What We Heard: The 2024 Ottawa Electric Vehicle Symposium

The practicalities of electrifying Ottawa’s transportation networks came through loud and clear at the 2024 Ottawa Electric Vehicle Symposium, hosted by EnviroCentre on February 28. 

With the region’s electric vehicle adoption steady, and an ambitious local sales target on the horizon for 2030, the symposium was a timely opportunity for a diverse group of local stakeholders, industry leaders, entrepreneurs, and community members to share ideas and best practices. Panelists and participants discussed grid access and resilience, charging infrastructure, vehicle availability, emergency preparedness, local collaboration—and underlying it all, how to finance and scale a transition that is a cornerstone of the City’s push to net-zero emissions. 

After a series of short introductory speakers or panels, participants spent most of their time gathered in groups to talk about specific subjects in depth. We hope the key highlights and insights in this report will be a catalyst for discussion and action to accelerate Ottawa’s adoption of an electrified transportation system.  

Ottawa’s Plan for an Electrified Future 

Julie Lupinacci, Chief Customer Officer at Hydro Ottawa, opened the day with a synopsis of Hydro Ottawa’s current and future plans for an electrified future. Electric vehicle adoption in the region is steady, and Hydro Ottawa is adjusting its infrastructure investments accordingly. The utility understands the need to balance consumer requirements and proactive spending for future needs. 

What We Heard – Filling Up Grid Capacity 

The first set of table discussions sparked interesting ideas and concerns about how EVs will affect residents of Ottawa, whether or not they drive an EV. Major concerns included electricity rates, worry about blackouts, and how to plan ahead to prepare for more EVs on the road.  

  • Does Ottawa have the grid capacity to support EV adoption? 
  • Can we reliably source the equipment required to expand the grid? 
  • How do we change etiquette around charging stations? Some drivers overstay their time or unplug other peoples’ vehicles. 

Participants came up with ideas that highlighted how collaboration across stakeholder groups can create better solutions for all. 

  • Hydro Ottawa should allow university campuses to become net energy exporters to surrounding communities.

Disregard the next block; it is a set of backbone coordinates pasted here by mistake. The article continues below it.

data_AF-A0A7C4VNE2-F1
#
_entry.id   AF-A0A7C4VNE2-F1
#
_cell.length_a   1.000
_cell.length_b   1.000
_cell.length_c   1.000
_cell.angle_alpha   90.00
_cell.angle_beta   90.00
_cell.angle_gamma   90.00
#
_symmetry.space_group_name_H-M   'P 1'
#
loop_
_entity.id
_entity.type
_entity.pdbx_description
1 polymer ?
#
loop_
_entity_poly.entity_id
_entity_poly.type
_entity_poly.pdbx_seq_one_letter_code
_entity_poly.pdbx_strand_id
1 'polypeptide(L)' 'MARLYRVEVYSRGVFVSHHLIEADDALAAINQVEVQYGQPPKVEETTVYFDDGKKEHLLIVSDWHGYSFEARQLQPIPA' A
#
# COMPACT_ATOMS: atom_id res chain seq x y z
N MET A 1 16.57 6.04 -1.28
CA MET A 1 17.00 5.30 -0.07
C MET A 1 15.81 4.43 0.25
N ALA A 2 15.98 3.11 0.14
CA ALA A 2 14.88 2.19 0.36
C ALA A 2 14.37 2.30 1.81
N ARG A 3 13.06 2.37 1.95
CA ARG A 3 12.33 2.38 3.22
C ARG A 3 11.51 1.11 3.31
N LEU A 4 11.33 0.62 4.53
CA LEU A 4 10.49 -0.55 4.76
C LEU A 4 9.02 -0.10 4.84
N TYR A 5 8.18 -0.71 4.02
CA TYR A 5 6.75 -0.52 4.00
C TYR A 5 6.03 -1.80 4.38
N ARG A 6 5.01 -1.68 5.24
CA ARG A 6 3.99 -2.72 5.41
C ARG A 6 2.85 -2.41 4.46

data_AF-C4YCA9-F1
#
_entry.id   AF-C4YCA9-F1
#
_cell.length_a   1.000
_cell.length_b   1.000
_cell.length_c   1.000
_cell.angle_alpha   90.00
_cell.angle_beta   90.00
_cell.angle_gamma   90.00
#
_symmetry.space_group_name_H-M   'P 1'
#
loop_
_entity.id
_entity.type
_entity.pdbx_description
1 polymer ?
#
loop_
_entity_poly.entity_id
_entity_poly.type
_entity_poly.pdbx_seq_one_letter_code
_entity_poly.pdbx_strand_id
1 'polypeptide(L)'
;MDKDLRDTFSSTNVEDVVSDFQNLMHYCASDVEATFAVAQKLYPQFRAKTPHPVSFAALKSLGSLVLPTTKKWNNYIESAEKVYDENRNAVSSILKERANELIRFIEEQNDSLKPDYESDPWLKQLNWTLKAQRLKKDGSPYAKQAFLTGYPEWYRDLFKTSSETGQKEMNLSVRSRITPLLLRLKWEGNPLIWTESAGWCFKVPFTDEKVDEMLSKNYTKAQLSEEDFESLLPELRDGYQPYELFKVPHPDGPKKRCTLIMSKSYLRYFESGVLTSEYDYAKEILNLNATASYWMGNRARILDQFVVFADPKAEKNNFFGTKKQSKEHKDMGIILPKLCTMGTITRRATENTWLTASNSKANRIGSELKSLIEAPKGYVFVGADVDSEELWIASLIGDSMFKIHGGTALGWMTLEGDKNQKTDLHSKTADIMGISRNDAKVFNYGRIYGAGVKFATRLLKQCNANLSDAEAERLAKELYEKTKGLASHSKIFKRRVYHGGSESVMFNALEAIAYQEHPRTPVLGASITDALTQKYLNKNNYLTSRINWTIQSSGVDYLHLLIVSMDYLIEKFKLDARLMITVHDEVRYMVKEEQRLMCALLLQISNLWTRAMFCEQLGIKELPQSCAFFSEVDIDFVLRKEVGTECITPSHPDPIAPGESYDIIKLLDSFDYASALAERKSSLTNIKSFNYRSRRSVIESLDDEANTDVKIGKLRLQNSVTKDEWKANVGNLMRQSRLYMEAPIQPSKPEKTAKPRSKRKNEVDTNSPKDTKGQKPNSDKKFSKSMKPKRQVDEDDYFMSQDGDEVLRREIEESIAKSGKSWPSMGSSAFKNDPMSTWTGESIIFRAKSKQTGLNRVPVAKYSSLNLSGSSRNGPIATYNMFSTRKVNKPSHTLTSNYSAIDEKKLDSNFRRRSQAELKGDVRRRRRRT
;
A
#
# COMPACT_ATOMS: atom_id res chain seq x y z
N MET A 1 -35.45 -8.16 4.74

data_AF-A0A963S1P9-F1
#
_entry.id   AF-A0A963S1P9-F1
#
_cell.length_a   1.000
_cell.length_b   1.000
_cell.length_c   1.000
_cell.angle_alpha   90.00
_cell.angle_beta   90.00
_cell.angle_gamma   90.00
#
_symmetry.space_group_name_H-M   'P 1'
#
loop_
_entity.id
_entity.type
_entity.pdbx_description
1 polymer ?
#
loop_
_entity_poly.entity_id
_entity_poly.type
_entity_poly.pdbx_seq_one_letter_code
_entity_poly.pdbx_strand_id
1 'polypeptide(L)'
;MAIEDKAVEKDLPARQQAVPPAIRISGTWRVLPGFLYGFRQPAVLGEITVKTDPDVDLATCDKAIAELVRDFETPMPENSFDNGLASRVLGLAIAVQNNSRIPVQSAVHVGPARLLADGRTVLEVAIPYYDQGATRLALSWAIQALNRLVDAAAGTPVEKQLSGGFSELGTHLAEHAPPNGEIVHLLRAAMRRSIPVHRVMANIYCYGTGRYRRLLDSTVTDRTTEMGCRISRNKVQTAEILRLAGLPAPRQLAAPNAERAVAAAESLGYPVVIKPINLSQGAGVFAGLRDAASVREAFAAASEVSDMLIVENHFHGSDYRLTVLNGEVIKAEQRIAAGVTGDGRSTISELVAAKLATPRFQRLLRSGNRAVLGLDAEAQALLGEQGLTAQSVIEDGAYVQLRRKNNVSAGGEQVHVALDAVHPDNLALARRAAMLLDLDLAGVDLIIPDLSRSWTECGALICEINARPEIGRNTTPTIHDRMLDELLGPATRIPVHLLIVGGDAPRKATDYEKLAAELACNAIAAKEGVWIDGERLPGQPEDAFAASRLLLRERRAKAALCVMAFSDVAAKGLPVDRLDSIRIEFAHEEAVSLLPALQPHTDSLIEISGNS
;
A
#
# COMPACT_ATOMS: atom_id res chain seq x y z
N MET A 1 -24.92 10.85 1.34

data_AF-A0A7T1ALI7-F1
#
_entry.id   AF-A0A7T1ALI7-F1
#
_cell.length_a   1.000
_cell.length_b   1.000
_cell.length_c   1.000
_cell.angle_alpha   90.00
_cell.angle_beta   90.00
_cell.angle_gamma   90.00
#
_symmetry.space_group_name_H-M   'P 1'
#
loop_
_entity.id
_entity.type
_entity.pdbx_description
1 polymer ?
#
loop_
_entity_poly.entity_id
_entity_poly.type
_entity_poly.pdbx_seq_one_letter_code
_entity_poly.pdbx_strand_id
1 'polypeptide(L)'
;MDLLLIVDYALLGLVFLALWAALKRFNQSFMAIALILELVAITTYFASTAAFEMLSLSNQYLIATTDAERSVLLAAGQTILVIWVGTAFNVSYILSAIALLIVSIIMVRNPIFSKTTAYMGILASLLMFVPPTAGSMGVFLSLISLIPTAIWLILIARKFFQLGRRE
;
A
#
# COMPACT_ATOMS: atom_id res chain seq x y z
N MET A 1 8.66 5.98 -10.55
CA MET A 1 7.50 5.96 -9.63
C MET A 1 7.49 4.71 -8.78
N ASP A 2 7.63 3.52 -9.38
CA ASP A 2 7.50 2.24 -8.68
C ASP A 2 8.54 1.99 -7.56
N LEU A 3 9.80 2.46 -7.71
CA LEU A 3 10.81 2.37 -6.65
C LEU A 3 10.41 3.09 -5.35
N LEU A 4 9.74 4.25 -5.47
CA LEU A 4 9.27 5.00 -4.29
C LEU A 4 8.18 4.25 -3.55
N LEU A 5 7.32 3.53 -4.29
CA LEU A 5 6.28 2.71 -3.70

• A rate hike after an EV is fully charged could create an incentive for timely disconnection. 
  • Hydro Ottawa’s plan is to grow capacity gradually as EV adoption increases. If 90% of the cars sold in Ottawa in 2030 are EVs, it won’t mean that 90% of the cars on the road that year will be electric. 

Charging Infrastructure 

Organizations are working hard to ensure that charging infrastructure is available where and when it’s needed, said panelists Louise Lévesque, Senior Policy Director at Electric Mobility Canada, Shana Sachwani, Electrical Engineer at Envari Energy Solutions, and Ted Ferguson, Vice President, Partnerships & Market Development, at Charger Ready Properties. The panel was moderated by Mitchell House, Project Manager, Climate Change & Resiliency at the City of Ottawa. 

Panelists said there are still large gaps in the availability of charging infrastructure along major transportation corridors and chargers themselves are not as reliable as they need to be. Equity, accessibility, and reliability remain key challenges for the expansion of EV infrastructure, though solutions are quickly emerging. 

What We Heard – Availability, Accessibility, Reliability 

Table discussions focused on access to charging in urban, suburban, and rural areas, and how users can influence the way future charging stations are designed. 

  • Different settings need different approaches to charging infrastructure. For example, private companies get better return on investment in urban areas, but it’s important for utilities to step up in lower-income areas and many rural areas. 
  • Success stories like Simon Fraser University and Université de Montréal show that campuses can be great places for paid charging infrastructure, and for adding bike share and/or e-bikes as last-mile transportation. e.g. Park at a charger as needed then bike to your destination.  
  • Charging stations should be installed with usability in mind: available in well-lit areas, offering the ability to drive through, and located close to transit to encourage other sustainable modes of transportation while the car is charging. 
  • Density of charging stations is also important. If one unit is broken or in use, there should be another one available nearby. 
  • Mobile apps that accurately report charging station locations and status are essential to support trip planning and build confidence in charging infrastructure. 
  • Reducing the need for charger brand specific apps would be well received. 

The Road to 2035